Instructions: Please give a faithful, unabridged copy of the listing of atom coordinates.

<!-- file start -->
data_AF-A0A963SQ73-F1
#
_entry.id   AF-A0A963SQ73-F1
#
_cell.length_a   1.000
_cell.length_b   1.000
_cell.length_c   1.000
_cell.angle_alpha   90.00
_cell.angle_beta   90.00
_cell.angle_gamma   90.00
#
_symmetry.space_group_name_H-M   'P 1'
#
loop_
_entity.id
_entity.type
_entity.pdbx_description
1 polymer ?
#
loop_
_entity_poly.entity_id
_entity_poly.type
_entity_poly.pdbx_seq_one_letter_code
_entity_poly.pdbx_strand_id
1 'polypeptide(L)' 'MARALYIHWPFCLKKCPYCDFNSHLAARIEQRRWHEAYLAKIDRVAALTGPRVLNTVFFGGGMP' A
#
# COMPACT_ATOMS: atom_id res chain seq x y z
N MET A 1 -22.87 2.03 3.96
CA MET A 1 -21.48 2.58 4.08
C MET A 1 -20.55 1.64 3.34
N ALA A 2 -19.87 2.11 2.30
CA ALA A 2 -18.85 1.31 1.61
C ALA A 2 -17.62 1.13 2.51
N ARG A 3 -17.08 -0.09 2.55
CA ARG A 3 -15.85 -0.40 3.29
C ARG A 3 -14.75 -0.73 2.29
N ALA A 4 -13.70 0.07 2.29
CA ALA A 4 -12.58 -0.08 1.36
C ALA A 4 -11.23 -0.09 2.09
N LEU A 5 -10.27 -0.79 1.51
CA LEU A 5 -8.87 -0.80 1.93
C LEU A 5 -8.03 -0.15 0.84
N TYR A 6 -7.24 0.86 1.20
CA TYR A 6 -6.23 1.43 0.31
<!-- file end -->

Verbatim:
data_AF-A0A963SQ73-F1
#
_entry.id   AF-A0A963SQ73-F1
#
_cell.length_a   1.000
_cell.length_b   1.000
_cell.length_c   1.000
_cell.angle_alpha   90.00
_cell.angle_beta   90.00
_cell.angle_gamma   90.00
#
_symmetry.space_group_name_H-M   'P 1'
#
loop_
_entity.id
_entity.type
_entity.pdbx_description
1 polymer ?
#
loop_
_entity_poly.entity_id
_entity_poly.type
_entity_poly.pdbx_seq_one_letter_code
_entity_poly.pdbx_strand_id
1 'polypeptide(L)' 'MARALYIHWPFCLKKCPYCDFNSHLAARIEQRRWHEAYLAKIDRVAALTGPRVLNTVFFGGGMP' A
#
# COMPACT_ATOMS: atom_id res chain seq x y z
N MET A 1 -22.87 2.03 3.96
CA MET A 1 -21.48 2.58 4.08
C MET A 1 -20.55 1.64 3.34
N ALA A 2 -19.87 2.11 2.30
CA ALA A 2 -18.85 1.31 1.61
C ALA A 2 -17.62 1.13 2.51
N ARG A 3 -17.08 -0.09 2.55
CA ARG A 3 -15.85 -0.40 3.29
C ARG A 3 -14.75 -0.73 2.29
N ALA A 4 -13.70 0.07 2.29
CA ALA A 4 -12.58 -0.08 1.36
C ALA A 4 -11.23 -0.09 2.09
N LEU A 5 -10.27 -0.79 1.51
CA LEU A 5 -8.87 -0.80 1.93
C LEU A 5 -8.03 -0.15 0.84
N TYR A 6 -7.24 0.86 1.20
CA TYR A 6 -6.23 1.43 0.31